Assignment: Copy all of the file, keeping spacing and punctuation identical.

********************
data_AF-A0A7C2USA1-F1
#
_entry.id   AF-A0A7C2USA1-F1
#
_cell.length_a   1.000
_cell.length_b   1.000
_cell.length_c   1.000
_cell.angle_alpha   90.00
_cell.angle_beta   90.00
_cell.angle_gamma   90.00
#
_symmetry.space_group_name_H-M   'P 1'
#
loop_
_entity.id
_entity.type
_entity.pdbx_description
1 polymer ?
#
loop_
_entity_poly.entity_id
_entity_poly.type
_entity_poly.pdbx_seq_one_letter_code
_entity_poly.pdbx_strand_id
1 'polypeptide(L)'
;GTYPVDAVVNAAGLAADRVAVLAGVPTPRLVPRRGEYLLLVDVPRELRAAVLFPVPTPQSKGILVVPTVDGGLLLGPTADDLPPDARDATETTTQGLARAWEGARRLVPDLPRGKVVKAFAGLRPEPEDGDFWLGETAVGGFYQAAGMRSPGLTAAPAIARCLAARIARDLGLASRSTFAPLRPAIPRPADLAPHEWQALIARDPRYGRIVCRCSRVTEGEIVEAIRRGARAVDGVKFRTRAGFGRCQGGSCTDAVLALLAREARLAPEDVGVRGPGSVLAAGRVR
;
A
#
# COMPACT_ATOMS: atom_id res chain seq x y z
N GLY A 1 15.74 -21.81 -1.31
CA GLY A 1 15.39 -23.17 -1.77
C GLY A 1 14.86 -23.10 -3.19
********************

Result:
data_AF-A0A7C2USA1-F1
#
_entry.id   AF-A0A7C2USA1-F1
#
_cell.length_a   1.000
_cell.length_b   1.000
_cell.length_c   1.000
_cell.angle_alpha   90.00
_cell.angle_beta   90.00
_cell.angle_gamma   90.00
#
_symmetry.space_group_name_H-M   'P 1'
#
loop_
_entity.id
_entity.type
_entity.pdbx_description
1 polymer ?
#
loop_
_entity_poly.entity_id
_entity_poly.type
_entity_poly.pdbx_seq_one_letter_code
_entity_poly.pdbx_strand_id
1 'polypeptide(L)'
;GTYPVDAVVNAAGLAADRVAVLAGVPTPRLVPRRGEYLLLVDVPRELRAAVLFPVPTPQSKGILVVPTVDGGLLLGPTADDLPPDARDATETTTQGLARAWEGARRLVPDLPRGKVVKAFAGLRPEPEDGDFWLGETAVGGFYQAAGMRSPGLTAAPAIARCLAARIARDLGLASRSTFAPLRPAIPRPADLAPHEWQALIARDPRYGRIVCRCSRVTEGEIVEAIRRGARAVDGVKFRTRAGFGRCQGGSCTDAVLALLAREARLAPEDVGVRGPGSVLAAGRVR
;
A
#
# COMPACT_ATOMS: atom_id res chain seq x y z
N GLY A 1 15.74 -21.81 -1.31
CA GLY A 1 15.39 -23.17 -1.77
C GLY A 1 14.86 -23.10 -3.19